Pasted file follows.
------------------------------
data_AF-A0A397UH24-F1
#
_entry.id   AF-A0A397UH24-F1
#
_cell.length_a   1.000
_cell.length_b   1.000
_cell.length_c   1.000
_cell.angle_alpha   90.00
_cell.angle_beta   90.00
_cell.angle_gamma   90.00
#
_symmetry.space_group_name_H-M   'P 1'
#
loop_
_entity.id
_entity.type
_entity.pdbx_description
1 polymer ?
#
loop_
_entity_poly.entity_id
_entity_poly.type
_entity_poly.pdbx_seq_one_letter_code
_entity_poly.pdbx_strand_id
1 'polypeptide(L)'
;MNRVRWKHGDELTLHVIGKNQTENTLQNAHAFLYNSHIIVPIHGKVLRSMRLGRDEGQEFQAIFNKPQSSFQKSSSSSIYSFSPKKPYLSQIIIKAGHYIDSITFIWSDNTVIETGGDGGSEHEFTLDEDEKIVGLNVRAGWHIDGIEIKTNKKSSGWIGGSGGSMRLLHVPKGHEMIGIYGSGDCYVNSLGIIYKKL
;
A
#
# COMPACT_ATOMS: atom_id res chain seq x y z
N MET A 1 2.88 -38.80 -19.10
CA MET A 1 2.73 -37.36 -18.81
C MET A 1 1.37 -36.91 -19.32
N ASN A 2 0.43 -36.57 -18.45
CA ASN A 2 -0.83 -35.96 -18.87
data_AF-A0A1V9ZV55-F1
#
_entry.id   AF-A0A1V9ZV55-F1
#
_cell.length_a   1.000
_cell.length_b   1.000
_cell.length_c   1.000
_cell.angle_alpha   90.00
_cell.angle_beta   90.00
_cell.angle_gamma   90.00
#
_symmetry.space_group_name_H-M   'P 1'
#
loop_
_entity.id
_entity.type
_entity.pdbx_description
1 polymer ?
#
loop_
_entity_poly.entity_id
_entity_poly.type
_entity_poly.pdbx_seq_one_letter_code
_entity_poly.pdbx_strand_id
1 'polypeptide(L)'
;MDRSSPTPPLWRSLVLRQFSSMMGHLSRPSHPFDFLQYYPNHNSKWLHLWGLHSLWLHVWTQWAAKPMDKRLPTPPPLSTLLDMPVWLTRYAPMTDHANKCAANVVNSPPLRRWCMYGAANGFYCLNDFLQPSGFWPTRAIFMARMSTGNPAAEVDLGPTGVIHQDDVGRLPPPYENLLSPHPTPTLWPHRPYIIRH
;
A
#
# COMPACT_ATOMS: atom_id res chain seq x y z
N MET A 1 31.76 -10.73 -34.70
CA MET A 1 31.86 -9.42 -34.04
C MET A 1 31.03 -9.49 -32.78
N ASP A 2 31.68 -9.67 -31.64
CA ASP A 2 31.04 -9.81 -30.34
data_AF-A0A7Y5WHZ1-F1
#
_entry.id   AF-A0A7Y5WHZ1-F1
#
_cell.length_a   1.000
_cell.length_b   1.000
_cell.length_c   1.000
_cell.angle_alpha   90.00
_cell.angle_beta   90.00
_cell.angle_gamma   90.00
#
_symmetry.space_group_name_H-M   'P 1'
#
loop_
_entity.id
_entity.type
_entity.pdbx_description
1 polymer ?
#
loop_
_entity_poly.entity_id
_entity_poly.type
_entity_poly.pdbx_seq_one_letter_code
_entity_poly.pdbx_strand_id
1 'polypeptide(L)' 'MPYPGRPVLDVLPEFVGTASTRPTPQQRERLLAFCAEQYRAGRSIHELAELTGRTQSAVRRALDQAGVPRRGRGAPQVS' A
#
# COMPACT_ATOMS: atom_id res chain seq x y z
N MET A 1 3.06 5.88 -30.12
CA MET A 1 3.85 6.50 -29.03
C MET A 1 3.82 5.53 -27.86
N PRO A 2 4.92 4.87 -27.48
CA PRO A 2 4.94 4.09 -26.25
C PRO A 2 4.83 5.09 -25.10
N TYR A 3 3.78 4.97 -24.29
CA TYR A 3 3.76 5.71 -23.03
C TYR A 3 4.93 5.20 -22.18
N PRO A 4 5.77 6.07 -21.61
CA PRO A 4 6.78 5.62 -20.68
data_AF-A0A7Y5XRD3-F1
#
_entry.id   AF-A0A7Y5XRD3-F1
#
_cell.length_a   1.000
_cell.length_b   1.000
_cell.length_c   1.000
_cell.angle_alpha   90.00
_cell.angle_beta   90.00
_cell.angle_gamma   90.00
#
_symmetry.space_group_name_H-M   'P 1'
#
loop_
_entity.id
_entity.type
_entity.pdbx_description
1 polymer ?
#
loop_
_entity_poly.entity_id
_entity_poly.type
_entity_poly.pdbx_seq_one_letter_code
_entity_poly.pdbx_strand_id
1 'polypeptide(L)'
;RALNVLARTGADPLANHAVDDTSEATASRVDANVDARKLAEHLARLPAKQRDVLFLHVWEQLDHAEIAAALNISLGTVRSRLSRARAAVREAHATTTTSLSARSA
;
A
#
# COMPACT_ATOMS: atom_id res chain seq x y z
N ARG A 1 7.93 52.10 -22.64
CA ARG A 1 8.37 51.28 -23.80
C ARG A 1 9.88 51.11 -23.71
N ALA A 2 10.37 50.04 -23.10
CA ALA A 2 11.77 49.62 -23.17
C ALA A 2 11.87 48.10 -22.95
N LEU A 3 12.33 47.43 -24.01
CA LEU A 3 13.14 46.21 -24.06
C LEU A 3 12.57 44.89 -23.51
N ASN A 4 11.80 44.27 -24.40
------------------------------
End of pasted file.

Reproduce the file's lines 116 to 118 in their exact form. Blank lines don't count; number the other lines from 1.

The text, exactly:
_cell.angle_alpha   90.00
_cell.angle_beta   90.00
_cell.angle_gamma   90.00